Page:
Geosite and Geomorphosite Assessment as a Tool for Geoconservation and Geotourism Purposes: a Case Study from Vizovická vrchovina Highland (Eastern Part of the Czech Republic)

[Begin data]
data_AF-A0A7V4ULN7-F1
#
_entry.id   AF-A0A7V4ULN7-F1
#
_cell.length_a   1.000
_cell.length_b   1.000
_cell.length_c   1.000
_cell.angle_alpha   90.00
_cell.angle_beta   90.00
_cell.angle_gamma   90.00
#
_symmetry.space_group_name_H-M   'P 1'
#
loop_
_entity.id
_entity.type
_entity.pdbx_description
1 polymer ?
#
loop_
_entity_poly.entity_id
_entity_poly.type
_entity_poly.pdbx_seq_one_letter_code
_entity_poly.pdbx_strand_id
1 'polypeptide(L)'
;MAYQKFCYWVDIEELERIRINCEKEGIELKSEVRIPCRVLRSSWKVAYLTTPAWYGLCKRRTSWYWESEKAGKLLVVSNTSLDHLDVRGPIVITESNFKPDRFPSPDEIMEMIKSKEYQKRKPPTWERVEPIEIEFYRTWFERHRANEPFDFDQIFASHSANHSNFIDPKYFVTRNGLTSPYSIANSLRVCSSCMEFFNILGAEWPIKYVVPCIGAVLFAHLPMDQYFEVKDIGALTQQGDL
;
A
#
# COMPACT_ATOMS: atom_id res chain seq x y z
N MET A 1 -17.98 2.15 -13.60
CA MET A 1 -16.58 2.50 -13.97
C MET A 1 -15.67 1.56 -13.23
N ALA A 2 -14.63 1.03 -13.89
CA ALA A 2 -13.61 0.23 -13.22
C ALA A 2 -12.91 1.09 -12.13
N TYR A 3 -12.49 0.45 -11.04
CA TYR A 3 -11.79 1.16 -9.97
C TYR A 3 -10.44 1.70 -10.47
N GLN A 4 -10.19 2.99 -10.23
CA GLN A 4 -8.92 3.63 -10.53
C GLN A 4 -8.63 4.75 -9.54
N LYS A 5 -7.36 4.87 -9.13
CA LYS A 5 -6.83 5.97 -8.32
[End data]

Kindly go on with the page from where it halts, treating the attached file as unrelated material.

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The geoheritage of the Czech Republic presents a basis for geoconservation and geotourism activities which have a long tradition in the region. Sites of geological and geomorphological interest have been appreciated for a long time, and from the nineteenth century, some have been de clared as protected. The first official list of protected sites was created during the 1930s, and in 1956, the first law on nature conservation was approved. Today, nature conservation is covered by the Act 1141992 Coll. that enables landscapes, karst features, minerals, and fossils to be protected as well as the establishment of protected areas. In addition, there are many other geoconservation assessments, e.g., the database of the geological sites or the network of the national geoparks. In the National Parks, Protected Landscape Areas or geoparks, the promotion of geosites and geomorphosites is well devel oped. However, outside these areas, the promotion and use of sites for geotourism purposes is relatively poor, although it is obvious that they can represent a source for geotourism activ ities that can foster local economic development. For finding out which sites are suitable for geotourism development, a simple method was proposed and the selected sites of the Vizovická vrchovina Highland (Czech Republic) were assessed. Based on this, strengths, weaknesses, opportunities and threats were identified. The assessment and the following analysis of the area can serve as a basis for the future proposals for geotourist use of the sites. See discussions, stats, and author profiles for this publication at: https://www.researchgate.net/publication/273181442 Geosite and Geomorphosite Assessment as a Tool for Geoconservation and Geotourism Purposes: a Case Study from Vizovická vrchovina Highland (Eastern Part of the Czech Republic) Article  in  Geoheritage · January 2016 DOI: 10.1007/s12371-015-0143-2 CITATIONS READS 26 546 authors: Lucie Kubalíková Karel Kirchner Institute of Geonics AS CR Institute of Geonics AS CR 21 PUBLICATIONS   95 CITATIONS    112 PUBLICATIONS   345 CITATIONS    SEE PROFILE SEE PROFILE Some of the authors of this publication are also working on these related projects: Disaster management support scenarios using geoinformation technologies View project The environmental impacts of anthropogenic activities on the landscape and its components - part of Institucional project - Institute of Geonics, Czech Academy of Sciences View project All content following this page was uploaded by Karel Kirchner on 14 March 2018 The user has requested enhancement of the downloaded file Geoheritage (2016) 8:5–14 DOI 10.1007/s12371-015-0143-2 ORIGINAL ARTICLE Geosite and Geomorphosite Assessment as a Tool for Geoconservation and Geotourism Purposes: a Case Study from Vizovická vrchovina Highland (Eastern Part of the Czech Republic) Lucie Kubalíková & Karel Kirchner Received: 31 July 2014 / Accepted: 25 January 2015 / Published online: February 2015 # The European Association for Conservation of the Geological Heritage 2015 Abstract The geoheritage of the Czech Republic presents a basis for geoconservation and geotourism activities which have a long tradition in the region Sites of geological and geomorphological interest have been appreciated for a long time, and from the nineteenth century, some have been declared as protected The first official list of protected sites was created during the 1930s, and in 1956, the first law on nature conservation was approved Today, nature conservation is covered by the Act 114/1992 Coll that enables landscapes, karst features, minerals, and fossils to be protected as well as the establishment of protected areas In addition, there are many other geoconservation assessments, e.g., the database of the geological sites or the network of the national geoparks In the National Parks, Protected Landscape Areas or geoparks, the promotion of geosites and geomorphosites is well developed However, outside these areas, the promotion and use of sites for geotourism purposes is relatively poor, although it is obvious that they can represent a source for geotourism activities that can foster local economic development For finding out which sites are suitable for geotourism development, a simple method was proposed and the selected sites of the Vizovická vrchovina Highland (Czech Republic) were assessed Based on this, strengths, weaknesses, opportunities and threats were identified The assessment and the following analysis of the area can serve as a basis for the future proposals for geotourist use of the sites L Kubalíková (*) : K Kirchner Institute of Geonics, Academy of Sciences of the Czech Republic, v.v.i Branch Brno, Drobného 28, 602 00 Brno, Czech Republic e-mail: LucieKubalikova@seznam.cz K Kirchner e-mail: Kirchner@geonika.cz Keywords Geotourism Geoconservation Geosite and geomorphosite assessment Vizovická vrchovina Highland SWOT analysis Introduction Visiting natural sites that are important from the geological or geomorphological point of view has been practised for a long time (Migoń 2009; Dowling 2013), and today, the number of people who are looking for the deeper experience of the visited site or area is growing; these visitors want to know more about the site or area and related issues (in the case of the geosites and geomorphosites, this information should cover not only Earth sciences but also historical, archaeological, ecological or artistic aspects of the site), and in the case that an area or a site is protected, they wish to understand why Of course, they also expect a good quality of support services such as safe and well-marked paths, information services (leaflets, information panels, guided tours etc.), accommodation, transport facilities and catering and they expect that there will be an opportunity to buy products that are typical for the area, whether it is a local food, drink or handicraft product These factors contribute to the development of sustainable forms of tourism (especially geotourism), and they can help the economic development of the rural areas (Pásková 2012) There are several definitions of geotourism; probably, the most comprehensive is the definition of Dowling (2013): Geotourism is sustainable tourism with a primary focus on experiencing the Earth’s geologic features in a way that fosters environmental and cultural understanding, appreciation and conservation and is locally beneficial Geotourism product protects, communicates and promotes geoheritage, helps build communities and works with a wide range of different people It is obvious that geology and geomorphology form an essential resource for geotourism activities Reynard et al (2003) and Reynard (2008) analysed the relationship between geomorphology and tourism: geomorphology may be a tourist resource as part of the primary or original offer (geomorphological site as an attraction or geomorphological site as a support for tourist activity) and a secondary or derived offer, when tourist infrastructures (e.g didactic trails), instruments (e.g educational booklets) or services (e.g guided tours) are developed for the effective use of the original offer Gray (2013) also stated that geodiversity is of great value for geotouristic and geoeducational activities—it is one of the functions of geodiversity; however, it is evident that geodiversity as a whole cannot be used for geotourism purposes; and tourist use of geodiversity is generally made through the exploitation of geosites and geomorphosites (Pralong 2003; Pralong and Reynard 2005) The cultural issues also have a big influence on the geotourism development (Panizza and Piacente 2008) as they often increase the attractiveness of the geosites and geomorphosites Past and Present of Geoconservation and Geotourism in the Czech Republic The Czech Republic is geologically and geomorphologically very diverse; within its area, nearly all the geological periods and a considerable number of the landforms types can be traced (Budil et al 2012) Already in the nineteenth century, some geosites and geomorphosites were frequently visited and they became traditional touristic destinations, e g Pravčická brána, a natural sandstone arch in the Czech Switzerland National Park in northern Bohemia (Cílek 2010) The first attempts to protect nature in the Czech countries were linked to the protection of forests, wood and game, and they appeared already during the Middle Ages Later, in the nineteenth century (the period of the Romantic Movement), geological and geomorphological sites were also finally found worthy of protection (Vrška and Hort 2008) as the Romantics went to nature and they admired its wilderness and purity This fact is reflected in the art (e g the painting of Antonín Mánes: Landscape with Kokořín castle in the storm) The first nature reserve in the Czech countries was Žofín forest in the Novohradské Mountains (established in 1838, now a part of the Natural Reserve Žofín forest) and the first Bgeological^ protected site was the Barrand Rock in Prague declared in 1884 (now a part of the Barrand Rocks National Natural Monument) In 1893, other sites were declared as protected: Panská skála near Kamenický Šenov (see Fig 1) and Vrkoč near Ústí nad Labem—both sites display columnar jointing of basalts (Vítek 2012) At the turn of the nineteenth Geoheritage (2016) 8:5–14 Fig The former basalt quarry Panská skála near Kamenický Šenov is one of the oldest protected nature monuments in the Czech countries, declared already in 1893 The typical columnar jointing of the basalts is well visible (photo J Riezner) and twentieth century, other geological and geomorphological sites were declared as protected, e g Hưllengrund near Česká Lípa (1895, a gorge in sandstones today a part of the National Natural Monument Peklo), Šerák a Keprník in Jeseníky Mountains (1904, mountain ridges with tors and isolated rocks—the oldest reservation in Moravia, today ŠerákKeprník National Natural Reserve) and Šibeničník hill near Mikulov (in around 1917, Jurassic limestone cliff, today Šibeničník Natural Reserve) (Kamarád 1975; Vítek 2012) However, these protected sites were private and there was no real concept of Bnature protection^ at that time In 1919, soon after the establishment of the independent Czechoslovakia, the institute of Bnature conservators^ was established This group (usually university professors, scientists, but also local patriots and teachers) was asked to look for naturally important sites (Veselý et al 1954) In 1922 when they started to act, there were only 23 private nature reserves; in 1938, there were 160 nature monuments and reserves all around Czechoslovakia (Čeřovský 2004) In that period, the most important step forward was the New Year’s Eve Decree, the first official list of the protected nature monuments It was published in 1933 and it comprised 108 sites from Czechia, 18 sites from Slovakia and 12 sites from Carpathian Ruthenia The list included forest areas, wildlife areas and geological and geomorphological sites (Pešout 2013) Concerning legislative protection, there had already been some proposals for a law for the protection of the nature in 1922, but none was accepted, so protection was still unsystematic (Vrška and Hort 2008) In 1956, the first law of nature conservation (Act No 40/ 1956 Coll.) was adopted It defined several categories of territorial protection (National Park, Protected Landscape Area (PLA), State Natural Reservation, Protected Deposit, Protected Park or Garden, Protected Study Area, Protected Natural Monument), and it enabled the protection of minerals, fossils and rock formations However, the law was very Geoheritage (2016) 8:5–14 Bbenevolent^ and allowed a number of exceptions in relation to agricultural, industrial, mining and construction activities Cases of total destruction of natural phenomena were not rare, some geologically and geomorphologically important sites were damaged or they even disappeared, e.g the canyonlike valley of the Jihlava River (flooded by the dams Dalešice and Mohelno) or some karst areas which disappeared due to limestone quarrying (e.g the destruction of the karst system at Lažánky area northwest from Brno) After the social and political changes of 1989, the situation changed and a new, quite progressive law (Act No 114/1992 Coll.) was adopted Currently, this law is the main legislative tool governing the protection of nature, it comprises territorial protection, species protection and general protection and it enables landscapes, karst features, minerals and fossils to be protected There are six levels of the territorial protection: National Park (NP), Protected Landscape Area (PLA), National Natural Reservation (NNR), National Natural Monument (NNM), Natural Reservation (NR) and Natural Monument (NM) In July 2014, 2519 sites and areas were protected Important geological and geomorphological sites are usually protected as National Natural Monuments or Natural Monuments, although some NNR and NR with important geological or geomorphological phenomena were declared too Natural Monuments, or National Natural Monuments are defined as a natural part of an area, in particular a geological or geomorphological formation, deposits of rare minerals or place of occurrence of endangered species in fragmented ecosystems, having a regional, national or international environmental, scientific or aesthetic importance, including formations which were formed by the human activity (articles 35 and 36, Act No 114/1992 Coll.) Within general nature conservation, a considerable number of natural outcrops, river valleys or alluvial flood plains are protected in the category of Significant Landscape Component; the landforms and landscapes of larger scale are protected in the category of Natural Parks In these sites and areas special conditions apply in relation to the water management or construction activities (Budil et al 2012) The administrations of National Parks and Protected Landscape Areas have developed a wide offer of interpretation facilities and services concerning geoheritage which is also very rich and wide (e.g geological paths in Czech Karst, guided tours in Podyjí National Park) All administrations develop visitor centres where visitors can gain knowledge about the nature of the area It is frequent that administrations cooperate with local museums, local and regional authorities and other institutions and associations, both public and non-governmental (e.g the Czech Geological Survey, Agency for Nature Conservation, Czech Union for Nature Conservation) In the Czech Republic, the National Geoparks Network (or NGN), linked to the European Geopark Network, is established The National Geoparks Network is coordinated by the National Geoparks Committee which consists of experts from different branches (geoscientists, economists, pedagogues etc.) Any territory associated in some way with a significant geoheritage can become a member of the NGN The most important documents concerning geoparks are The Charter of National Geoparks (http://www.geology.cz/ narodnigeoparky/o-siti) and The Directive of the Ministry of Environment No 07/2006 (updated in 2011) which includes criteria for establishing national geoparks as well as criteria for the temporary status of candidate geopark Today, there are six territories which bear the title BNational Geopark^: Bohemian Paradise, Železné hory, Egeria, GeoLoci, Kraj Blanických rytířů and Podbeskydí The candidate geoparks are Vysočina, Ralsko, Jeseníky and the Geopark of J Barrande There are also another two potential areas: Krkonoše and Broumovsko A remarkable geoconservation project that can be used for the geotourism purposes is The Database of Geological Localities (more than 2800 sites in July 2014) that is maintained and updated by the Czech Geological Survey Geoscientific characteristics, the degree of protection and conflicts of interest are given for every site The database is open and anyone can propose a new geosite or update the information (via consultation with a specialist) (http://lokality geology.cz/) The Database of Speleological Objects is run by the Nature Conservation Agency of the Czech Republic and it is focused on karst phenomena (http://jeso.nature.cz/) Methods The geological and geomorphological heritage within the geoparks, National Parks and Protected Landscape Areas (and also within some small-scale protected areas) is well known and promoted However, there are many sites outside the protected areas and geoparks that are locally important not only from the geoscience point of view but also from the historical or cultural point of view These sites can represent the source for geotourism activities that can foster the local economic development and as the legends, myths, cultural and historical events are usually linked to those sites, the sites play an important role in local identity Nevertheless, a visitor is not usually attracted only by geological and geomorphological aspects of the site—a suitable infrastructure (e.g marked paths, transport, accommodation), information facilities (e.g leaflets, information panels, promotion of the site via internet) and cultural and historical aspects of the site also play an important role To know which site is suitable for geotourism purposes, a simple assessment method was proposed This method is based on the analysis of the principles and definitions of geotourism (e.g National Geographic Society 2005; Dowling and Newsome 2010; Martini et al 2012; Hose 2012), and it is coming out from the already existing and used methods of geomorphosite assessment (e.g Panizza 2001; Coratza and Giusti 2005; Pralong 2005; Serrano and González Trueba 2005; Reynard et al 2007; Pereira and Pereira 2010) According to the National Geographic Society’s definition of geotourism (2005), the key aspects of the geotourism are represented by integrity of place, international codes, market selectivity and diversity, tourist satisfaction, community involvement and benefit, protection and enhancement of destination appeal, land use and planning, conservation of resources, interactive interpretation and evaluation; according to Dowling and Newsome (2010): geologically based, environmentally educative, tourist satisfaction, sustainable, locally beneficial The geomorphosite approach also emphasises added values (e.g cultural, historical, ecological aspects of a site) Leading on from the above, five groups of criteria which should be included in geosite and geomorphosite assessment method are defined (Kubalíková 2013) as follows: Criteria which consider an assessment of the scientific and intrinsic values (diversity, understood as a number of interesting geomorphological features which are present at the site (Pereira and Pereira 2010), or morphology, understood also as number of landforms present at the site (Serrano and González Trueba 2005) and importance of geological and geomorphological features and processes, the scientific knowledge of the site)—based on the principles Bgeologically based^ and Bintegrity of place^ and geology and geomorphology—oriented definitions of geotourism (Dowling and Newsome 2010) Criteria which consider an assessment of the exemplarity and pedagogical potential of the site (clarity and visibility of geological and geomorphological features and processes, the availability of the products that support education: leaflets, guided tours, maps, trails, information panels, information centres)—based on the principles Benvironmentally educative^, Bprotection and enhancement of destination appeal B, Binteractive interpretation and evaluation^ This is probably the most important group of criteria as educational or cognitive aspects appear in most of the definitions of geotourism Criteria which consider an assessment of accessibility of the site and the presence of tourist infrastructure (accommodation, restaurants, shops, local products etc.)—based on the principles Btourist satisfaction^, Blocally beneficial^, Bmarket selectivity and diversity^, Bcommunity involvement and benefit^ These are a very important group of criteria as new definitions and new approaches (Dowling and Newsome 2010; Hose 2012) emphasise the involvement of local people Geoheritage (2016) 8:5–14 Criteria which consider an assessment of the existing threats and risks, assessing conservation activities or existing legislative protection of the site—according to the principles Bsustainable^, Bland use and planning^ and Bconservation of resources^ Criteria which consider an assessment of the added values (ecological, cultural, historic, archaeological, artistic, religious value of a site, aesthetic, landscape and scenic value)—according to the definition of the National Geographic Society (2005), geotourism does not consider only the natural aspects but cultural and aesthetic aspects of a site and the geomorphosite concept (Panizza 2001) also includes these added values which are important for the geotourism offer (Panizza and Piacente 2008) Table shows the simplified method that was used for geosite and geomorphosite assessment in the study area Some criteria and their assessment are based on Kubalíková (2013) After the assessment of a site, a SWOT analysis of the area or of each site can be done to get the overview of the strengths, weaknesses, opportunities and threats of the sites and study area (Kubalíková and Kirchner 2013) The Study Area Vizovická vrchovina Highland is situated on the eastern part of the Czech Republic on the border with Slovakia Geologically, it belongs to the Flysch complex of the Outer Western Carpathians The area is a part of Magura Flysch Belt (Rača tectonic unit) that is formed of alternating layers of claystones and sandstones of Mesozoic and Paleogene age The area is characterised by a largely dissected relief of highlands and mountain ranges with intervening deep valleys and basins (Demek and Mackovčin 2006) The study area (see Fig 2) forms the north-eastern part of the Vizovická vrchovina Highland and is known as the Komonecká hornatina Mountains The area is built by Paleogene Flysch rocks of the Zlín Formation and the Soláň Formation of the Rača tectonic unit of the Magura Flysch Belt The central part of the area is formed of the geomorphological district Klášťovský hřbet Ridge which reaches the altitude around 700 m a.s.l (Vrátnice 683 m, Krajčice 730 m, Kopce 699 m), and it is drained by the Senice River (left tributary of the Vsetínská Bečva River) Bedrock consists mainly of coarse grained sandstones of Luhačovice member of Zlín Formation of the Magura nappe (Krejčí et al 1997) The tectonic setting of these sediments forms a part of the Čertovy kameny—anticlinal zone with the anticlinal position of Flysch strata The different rock resistance and the conditions of the strata position influence the structural-denudational relief of the Klášťovský hřbet Ridge which is represented mainly by the steep Geoheritage (2016) 8:5–14 Table Proposed method for assessing the geosites and geomorphosites for the geotourism purposes (for every criterion, a value from to can be attributed) Scientific and intrinsic values 1.a Earth-science importance and rarity of the site (number of similar sites in the study area, local/ regional/national/international significance of the site) 1.b Scientific knowledge of the site (existing scientific papers, monographies) 1.c Morphology, diversity of the site (diversity of landforms—a number of landforms which are present at the site, both macro and micro scale) Educational values 2.a Exemplarity and representativeness of the site (clarity and visibility of the features and processes, the site’s intelligibility to the public, possibility of explaining the corresponding processes) 2.b Presence of educational facilities (leaflets, web pages, information panels, guided tours, specialised excursions for students) Economical values 3.a Number, distance and quality of tourist services (existing tourist facilities— accommodation, restaurants, shops, information centres) 3.b Accessibility (by individual and public transport, possibility of parking) Conservation 4.a Conservation activities (legal protection, values proposals for legal protection, other types of protection) 4.b Risks and threats to the site (both natural and anthropogenic) 4.c Current status of the site, the level of disturbance or degradation, existing management measures to avoid the damage of the site Added values 5.a Cultural (historical/religious/archaeological) values—the legends, myths, historic events, archaeological aspects, poetry… 5.b Ecological value (relationships to living nature)—the occurrence of protected species, the relationships between the landform and ecosystem 5.c Aesthetic/landscape/scenic value—number of colours, structure of the space, viewpoints Kubalíková 2013 hillslopes, isolated boulder accumulations, landslides and sandstone outcrops where the large amount of the mezoforms and microforms can be seen (pseudokarst caves, honeycomb weathering etc.) At the alluvial plain of the Senice River, the typical fluvial features can be found (Kirchner 2004) Based on the detailed fieldwork, six representative sites were selected for detailed analysis: Site 1: Kopce pseudokarst caves The site is located in a landslide area and includes both crevice-type pseudokarst caves and a rocky landslide (with dimensions of 200×250 m which is quite unique within the area) that are both of gravitational origin (Baroň et al 2014) There is 11 large pseudokarst caves created thanks to the deep seated landslide, the biggest of them reaches the depth of 14 m, and another are around 7–10 m deep The walls of the caves are covered by calcareous sinter The site has also a high added value due to the presence of a cultural-historic component (remnants of Bronze Age settlement nearby—a quartz wall) and a geomythological aspect (existence of various legends connected to the caves—especially about the treasures hidden by bandits) As the caverns are home to species of bat (Baroň and Řehák Z 1997), the site also has a high ecological value Site 2: Devil’s rocks/Čertovy skály The unique structural-denudation rocky rampart is formed of vertical sandstone layers The crag is divided into several regular blocks and along a system of fissures some small pseudokarst caverns have formed The total length of the wall is around 250 m; the height reaches 25 m Its width in its upper part is around m The surface of this rocky rampart is covered by various microforms typical for sandstone weathering (honeycombs, tafoni, weathering pits) The site is protected by the law in the category of Natural Monument (the year of declaration was 1966) The cultural and historical aspect of the site is also very important—there are many myths (mostly connected to the devil’s activities) and aesthetical aspects of the site are also very significant (the wall dominates the surrounding landscape) The site is presented in various tourist guides and it is used by the climbers which brings some problems (e.g rope traces, surface abrasion) Site 3: Láz This site has the character of a frost cliff (3 m high and 50 m long), and it is built by quartzose sandstones It was formed by cryogenic and gravitational processes, and it exhibits many interesting weathering phenomena such honeycombs, weathering pits and tunnels The typical features for this site are spherical cavities (maximal dimensions are 0.6 m in diameter, 0.35 m in depth, see Fig 3) The cliff is divided by fissures with a north–south direction Along these fissures, some deep clints are developed (maximum depth is 0.4 m, maximum width 0.6 m, length around 10 m) On the western part, on the top of the frost cliff, there are several weathering pits; the biggest is filled with water and has a diameter of 0.6 m On the eastern part of the cliff, there is a tunnel leading into the rock (length of m, diameter of 0.75 m) The nearly entire surface of 10 Geoheritage (2016) 8:5–14 Fig The position of the study area within the Czech Republic and its geological context (adapted from the Czech Geological Survey) the cliff is covered by microforms of honeycomb weathering Thus, this site is very rich in the mesoand microforms which represent its most valuable features (e.g the tunnel leading into the cliff is a unique mesoform within the study area) Near this site, a scout camp is situated Site 4: Horní skály A morphologically significant frost cliff is developed in Paleogene quartzose sandstones and conglomerates The cliff is stretches in a north-eastern– Fig Spherical cavities are typical of sandstone outcrops in the area, this one being at Láz (photo K Kirchner) south-western direction and has a south-eastern extension Its length is around 90 m and height up to 10.5 m The cliff is covered by a large number of the typical weathering microforms (especially honeycomb weathering and tafoni with a depth of 0.5 m) Other typical features are represented by weathering pits with maximum diameter of 0.3 m and maximum depth of 0.25 m On the base of the cliff, there are several niches (abri) Other important mesoforms of the site are represented by pseudokarst fissure cave (depth 3.2 m, width 1.6 m, height 1.5 m) and a cryoplanation terrace with blocks of sandstones which documents the cryogenic processes on the site The frost cliff is used by the climbers and hence provides a resource for recreational activities; the sandstones suffer from these activities, however Site 5: Dolní skály A frost cliff (see Fig 4) on the lower part of the slope of Vrátnice hill has a length of 70 m and its height oscillates between and 14 m The cliff was created by cryogenic and gravitational processes; on the south-western part, there is also evidence of the influence of fluvial processes The cliff is exposed to the south-west, it is divided into several blocks by Geoheritage (2016) 8:5–14 11 remarkable mesoforms in the alluvial plain (e.g remnants of oxbow lakes or abandoned meanders) are proof of the natural migration and shift of the river channel in the past This area has a very high educational and scientific value (especially because of the potential for palaeogeographic reconstructions) Results Fig The frost cliff of Dolní skály The rock wall is divided into several blocks by fissures and it is covered by the large number of the typical weathering microforms, especially honeycomb weathering (photo K Kirchner) fissures and it is covered by a large number of the typical weathering microforms (especially honeycomb weathering), some having a character of spherical cavities (or tafoni) with the depth of up to 0.7 m The cavities are arranged along the main fissures and their large number makes this site unique within the area of interest Other unique mesoform is represented by the small gorge (also unique in this area) developed on the south-western part of the site where the frost cliff meets the channel of a mountain creek Both Horní skály (site no 4) and Dolní skály (site no 5) were already visited by scouts and hikers in the 1930s and 1940s Site 6: Senice meanders This site represents fluvial phenomena within the study area and documents an interaction between vertical and lateral channel erosion and river channel migration In the past, the alluvial plains have been affected by human activity, so they are relatively rare today The studied section is approximately 500 m long and the bedrock comprises the Palaeogene Újezd Layers where sandstones and claystones predominate The sections where the mountain river enters into the alluvial plain is especially valuable because it creates the initial bend and then starts to meander and bank erosion and lateral shift of the river channel still operates An important and unique geomorphological feature of this site is dynamic lateral erosion which undercuts the shores and then exposes sediments Regular natural flooding is also typical in this area; this process influences the water regime, soils and ecosystems in the alluvial plain— hence, the site also has a relatively high ecological value Within the site, the results of natural processes and different stages of the development of turns and meanders can be observed Some morphologically The results of the preliminary assessment (Kirchner and Kubalíková 2014) are presented in Table The highest scientific values were reached by the Kopce pseudokarst caves and the Senice meanders due to the presence of features that are rare within the area of interest (Kopce) and due to the presence of actual processes (fluvial erosion at Senice meanders) The highest educational value was reached by the Devil’s rocks due to the existence of educational material and the good visibility and clarity of the geoscience features present The other two sites also evaluated well especially due to the exemplarity of the landform (Senice meanders, a possibility of observing natural fluvial erosion and typical fluvial landforms both in the channel and in the alluvial plain; Kopce typical and well-visible pseudokarst caves) Economical value was the same for all the sites because they are accessible by tourist paths and tourist infrastructure in the area is the same for all the sites as the study area is quite small The conservation value included both legal protection and possible threats to the site Although the site of Devil’s rocks is protected under the law, its score is not so high because of the climbing activities that disturb the site and also because of the larger number of the visitors that damage the outcrop The site of Kopce is protected by law and as there are not so intensive threats, it reached the highest score The relatively high score of the Horní skály and Dolní skály is due to the lower number of the visitors The highest added value was obtained by the Devil’s Rocks in particular due to its geomythological aspect and a high aesthetical value In the Table The results of numerical assessment of the selected sites Name of the site/ group of the values Kopce Devil’s Láz Horní Dolní Senice rocks skály skály meanders Scientific values Educational values Ecomonical values Conservation values Added values Total score 2.75 1.75 2.25 2.25 1.5 1.5 2.5 1.75 1 1 1.5 1.25 1.75 1.75 1.25 9.5 2.5 9.25 6.5 7.25 1.75 8.25 1.5 7.75 12 Geoheritage (2016) 8:5–14 case of the Kopce site, the most important added values were represented by ecological and historical values The highest total score was reached by the sites of Kopce, Devil’s rocks and Senice meanders These sites are not only important from the scientific point of view, but they also have a significant educational potential (Kopce and Senice meanders) and important added values (Kopce and Devil’s rocks) From these examples, it can be seen that sites suitable for geotourism should be not only geologically and geomorphologically valuable, but they should also include some added values to support their selection as potential sites for the development of the geotourism The assessment helped to identify the strong and weak points of the sites, and it facilitated the recognition of the opportunities and threats that could be linked to the sites These aspects are summarised in a SWOT analysis which was carried out for the whole area of interest: – Opportunities – – – – – – Strengths – – – – – – – – – – – – – – A considerable number of various types of landforms (cryogenic, gravitational and fluvial landforms, a large diversity of small weathering forms) Study area is a part of Natural park Vizovické vrchy (a category within the general protection of nature) Legal protection (Natural Monuments) of the sites Kopce and Devil’s Rocks (a category within the territorial protection of nature) High ecological value of some localities (especially Kopce pseudokarst caves) Nature/historical trail Vařákovy paseky goes through study area High cultural, geomythological, archaeological and historical value (remnants of the Bronze Age settlement near the site Kopce, plenty of myths about rock forms) Sandstone rock forms are attractive for climbers (especially Devil’s Rocks) Existing networks of hiking trails All the sites are recorded in a database of geological localities Promotion of some sites in various tourist guides and internet (especially Devil’s Rocks, partly Kopce) High potential for education (especially Senice meanders) Regular scheduled transport (bus, train) The sites are situated within walking distance from the places of tourist infrastructure Weaknesses – – Poor accessibility of some sites: Dolní skály, Horní skály, Senice meanders Legislative protection needed at the site of Senice meanders Intensive climbing activity on Devil’s Rocks damages the small weathering features and leaves traces from ropes Promotion of geoheritage can increase the attractiveness of the territory and bring the possibility of development of surrounding communities, it can partly help the economic development of the area Study area is suitable for school trips (presence of tourist infrastructure in short distance) Suitable terrain for walking Possibility of using the scout camp near Láz for summer recreational activities Scout tradition (from 1930s and 1940s) as a new aspect of promotion of geotourist activities Possibility to suggest the site Senice meanders for legal protection (probably the category of Natural Monument or Natural Reservation) Geoscience path with informative panels that would promote the geoheritage of the area Threats – – – In the case of a greater promotion of the area and due to the resulting increase in attendance there can be a possibility of growing anthropogenic pressure on the sites (especially climbers) Disturbance of important habitats, especially in pseudokarst caves (site Kopce) Lack of interest from the part of the local residents The assessment and the SWOT analysis can serve as a basis for the future proposals of geotouristic use of the sites and similar activities (promotion of the less known sites, giving the information about the geology, geomorphology and added aspects) However, it also depends on local communities (or local stakeholders), if they are open to this idea and, obviously, to the possibility of financing such activities (not only a one-time investment in construction of the geoscience path with informative panels, but also the long-term maintenance) Conclusion The relatively long tradition and currently satisfactory conditions of the protection of the geological and geomorphological heritage in the Czech Republic can be considered as a good starting point for the future geoconservation and geotourism activities The promotion of geoheritage is managed by different organisations and institutions (e.g National Geoparks Network of the Czech Republic, Czech Geological Survey, the administrations of National Parks and Protected Geoheritage (2016) 8:5–14 Landscape Areas, Nature Conservation Agency of the Czech Republic) which also provide a wide spectrum of promotional activities and products related to geomorphological heritage, especially guided walks, excursions and geological educational trails However, in some cases, the promotion of geoheritage, in comparison with the promotion of living nature, is still low—and outside the territorially protected areas (National Parks and Protected Landscape Areas) and geoparks, the promotion of geoheritage is also poor although the geodiversity of selected areas is relatively high Geosites and geomorphosites of less-known areas can serve as a resource for geotourist activities which can support economical development which can help local communities This case study from the Vizovická vrchovina Highland proves that even sites outside of legally protected areas and geoparks are still attractive and suitable for the geotourism development This can be due to the educational value of the site and the presence of a tourist infrastructure (including transport, marked paths and other tourist services) Although it is evident that the selected sites of the study area have a potential for geotourism development, it also depends on the interest of local communities and stakeholders and whether they are willing to seize the opportunities which could bring benefits for the area in the future Acknowledgments The research was supported by long-term conceptual development support of research organisation (Institute of Geonics, Academy of Sciences of the Czech Republic, v.v.i.) 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In: Reynard E, Holzmann C, Guex D, Summermatter N (eds) Géomorphologie et tourisme, Actes de la Réunion annuelle de la Société Suisse de Géomorphologie (SSGm) pp 1-10 Reynard E et al (2007) A method for assessing the scientific and additional values of geomorphosites Geogr Helv 62(3):148–158 Serrano E, González Trueba JJ (2005) Assessment of geomorphosites in natural protected areas; the Picos de Europa National Park (Spain) Géomorphol Relief Process Environ 1(3):197–208 Veselý J et al (1954) Ochrana československé přírody a krajiny Díl I Nakladatelství ČSAV, Praha, 356 p 14 Vítek J (2012) Význačné geologické útvary jako předmět zájmu ochrany přírody In: Machar I, Drobilová L (eds) Ochrana přírody a krajiny v České republice – vybrané aktuální problémy a možnosti jejich řešení (the appendix) Univerzita Palackého Olomouc, pp 23-28 Vrška T, Hort L (2008) Historie vzniku lesních rezervací v ČR r 1945 Ochrana přírody 63 (1) Retrieved 29th May 2014 from: http://www casopis.ochranaprirody.cz/clanky/historie-vzniku-lesnich-rezervaciv-cr-do-roku-1945.html View publication stats Geoheritage (2016) 8:5–14 Act No 40/1956 Collection of Laws of the Czechoslovac Republic Act No 114/1992 Collection of Laws of the Czech Republic The Charter of National Geoparks (http://www.geology.cz/ narodnigeoparky/o-siti) The Database of Geological Localities (http://lokality.geology.cz/) The Database of Speleological Objects (http://jeso.nature.cz/) The Directive of the Ministry of Environment No 07/2006 (updated in 2011) ... that was used for geosite and geomorphosite assessment in the study area Some criteria and their assessment are based on Kubalíková (2013) After the assessment of a site, a SWOT analysis of the. .. remarkable mesoforms in the alluvial plain (e.g remnants of oxbow lakes or abandoned meanders) are proof of the natural migration and shift of the river channel in the past This area has a very... relief of highlands and mountain ranges with intervening deep valleys and basins (Demek and Mackovčin 2006) The study area (see Fig 2) forms the north-eastern part of the Vizovická vrchovina Highland